It seems like everyone is trying to cut back a little bit. Some of us are struggling right along with the economy — good jobs are hard to find, and even the jobs we have seem less secure. It seems like the price of everything (except gasoline, for once) is higher than ever. For me, I think the biggest problem is the psychological effect of losing about 1/3 of my retirement account — it’s money I didn’t exactly have access to, but it felt like a good cushion nonetheless. Anyway, I think this year I’ll make the same “spend less, save more” resolution I always make, but it’s going to be more necessary — and maybe even easier — to follow. Why? Because it’s the trend.
One of my friends has just begun “The Less Experiment,” in which she hopes to downsize her life, one object at a time (and she’s started a blog documenting the process — check it out!). She’s trying to get out of debt, and already (three posts in), she has some great insights on how it feels to be a consumer, and then to try to stop thinking like a consumer.
Not quite as extreme, another friend and I are beginning a $150 challenge. The deal is that we’re only going to spend $150 a week on groceries, going out, gas, etc. Anyway, I know some of you think that sounds ridiculously lax, but believe me — it isn’t for us! Already this week I’m spending too much on a daily basis to meet the goal. And I’ve hardly bought anything (some food, a lot of tissue). See:
January 1 (driving back to Denver):
- gas, $15.22
- tissue, $1.50
- coffee, $1.15
- V-8, $1.97
- 2 pc. sushi & miso soup, $8.11
- 12% tip (takeout), $1.00
- orange juice, hot cocoa (for my sister) & bananas, $4.29
- more tissue… $2.15
- pot roast, cumin, cayenne, $9.33
- Cetaphil lotion, $11.84 (this will last several months, but, alas, I am out now!)
- Binder for 2009 bills/receipts/etc., $11.62 (I get one every year, and it helps me stay organized…)
So, while there have been “big-ticket” items such as lotion, a binder, and gas, I’ve spent almost half of my $150 for the week. In two days. Day two isn’t even over yet.
Anyway. I’ve started reading the grocery store circulars again. That roast today was $1.99/lb. And I know how to prepare it now (thanks, Mom). I just need to go to the other grocery store that’s having a sale on beans and tomatoes and pineapple (not for the same dish). And then the other store that has cheap produce as a rule, and I will have some kind of tasty meal in the making (with lots of lovely, freezer-friendly leftovers)…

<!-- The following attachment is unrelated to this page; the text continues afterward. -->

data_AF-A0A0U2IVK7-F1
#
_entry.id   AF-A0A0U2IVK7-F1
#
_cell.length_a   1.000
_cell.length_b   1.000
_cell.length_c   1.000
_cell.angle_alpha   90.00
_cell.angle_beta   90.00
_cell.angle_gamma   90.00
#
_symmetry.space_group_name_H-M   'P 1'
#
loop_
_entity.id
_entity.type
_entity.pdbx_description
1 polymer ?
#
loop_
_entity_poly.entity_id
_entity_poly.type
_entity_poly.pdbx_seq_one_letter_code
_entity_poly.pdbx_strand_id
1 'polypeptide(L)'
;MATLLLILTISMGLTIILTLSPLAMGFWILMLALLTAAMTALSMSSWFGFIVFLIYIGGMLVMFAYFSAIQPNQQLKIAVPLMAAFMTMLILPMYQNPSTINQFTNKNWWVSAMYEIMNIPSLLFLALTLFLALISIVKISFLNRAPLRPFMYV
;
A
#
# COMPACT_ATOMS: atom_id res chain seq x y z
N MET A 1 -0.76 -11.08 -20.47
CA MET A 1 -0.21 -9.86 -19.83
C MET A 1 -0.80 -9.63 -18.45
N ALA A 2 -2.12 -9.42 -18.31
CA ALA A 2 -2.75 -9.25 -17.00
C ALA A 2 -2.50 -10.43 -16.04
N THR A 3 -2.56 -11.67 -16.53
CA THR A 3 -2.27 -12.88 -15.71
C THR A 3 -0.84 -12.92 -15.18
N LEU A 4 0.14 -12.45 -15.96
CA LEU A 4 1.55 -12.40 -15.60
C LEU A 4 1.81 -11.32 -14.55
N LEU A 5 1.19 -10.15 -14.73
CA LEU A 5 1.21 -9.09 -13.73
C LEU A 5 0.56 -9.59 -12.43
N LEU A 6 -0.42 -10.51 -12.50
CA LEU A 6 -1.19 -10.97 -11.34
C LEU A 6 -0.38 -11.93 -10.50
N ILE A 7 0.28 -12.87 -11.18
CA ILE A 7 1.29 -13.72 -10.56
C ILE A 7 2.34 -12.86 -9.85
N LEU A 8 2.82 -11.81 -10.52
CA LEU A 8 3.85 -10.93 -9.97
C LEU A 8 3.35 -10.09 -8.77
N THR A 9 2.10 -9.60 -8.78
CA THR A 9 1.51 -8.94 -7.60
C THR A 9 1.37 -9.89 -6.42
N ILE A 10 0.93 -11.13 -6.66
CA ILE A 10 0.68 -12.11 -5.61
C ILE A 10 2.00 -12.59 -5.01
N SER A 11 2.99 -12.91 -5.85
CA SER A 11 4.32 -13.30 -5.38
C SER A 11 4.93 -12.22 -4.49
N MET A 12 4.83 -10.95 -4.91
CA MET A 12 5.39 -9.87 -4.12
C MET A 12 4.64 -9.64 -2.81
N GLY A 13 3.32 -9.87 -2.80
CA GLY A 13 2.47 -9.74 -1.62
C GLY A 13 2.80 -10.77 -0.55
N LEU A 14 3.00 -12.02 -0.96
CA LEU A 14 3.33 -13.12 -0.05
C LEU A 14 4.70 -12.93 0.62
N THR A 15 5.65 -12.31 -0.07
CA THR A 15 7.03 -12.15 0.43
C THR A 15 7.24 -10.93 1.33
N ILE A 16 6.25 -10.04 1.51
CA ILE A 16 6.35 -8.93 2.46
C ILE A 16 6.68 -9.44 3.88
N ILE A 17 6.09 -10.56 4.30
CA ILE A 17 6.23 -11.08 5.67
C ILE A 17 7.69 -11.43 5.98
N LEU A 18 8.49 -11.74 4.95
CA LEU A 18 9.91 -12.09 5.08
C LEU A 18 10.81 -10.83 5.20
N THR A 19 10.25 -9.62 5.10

I am so turning into my grandmother, who would drive an extra mile to a second store to save a dime on milk…
Anyway, I have a tip for today! You should almost never buy a jar of spices, unless you use something really often, and even then, it might be more economical not to. Stores like Whole Foods and Sunflower Market usually have spices in bulk, which doesn’t mean that you have to buy a bulky amount, but that you can buy a teeny tiny amount, and only be charged for what you’ll realistically use. Also, if you live around a grocery store with a lot of Mexican products, you can also save a lot by buying some of your spices in little bags — you probably get half of what you would get in a jar, but it costs about $1-$2 a bag. This works for oregano, chili powder, cumin, garlic powder, onion powder, cayenne… etc. I have little jars at home that I funnel them into. I’m not conoisseur enough to comment on the quality; they work just fine for me. Last but not least, I hear The Savory Spice Shop has excellent spices, at excellent prices (I should totally write jingles). Seriously, though — I’ve been in the store before, and it’s pungent (in the best sense of the word). My mom loves it, and I’ll have to check it out again soon.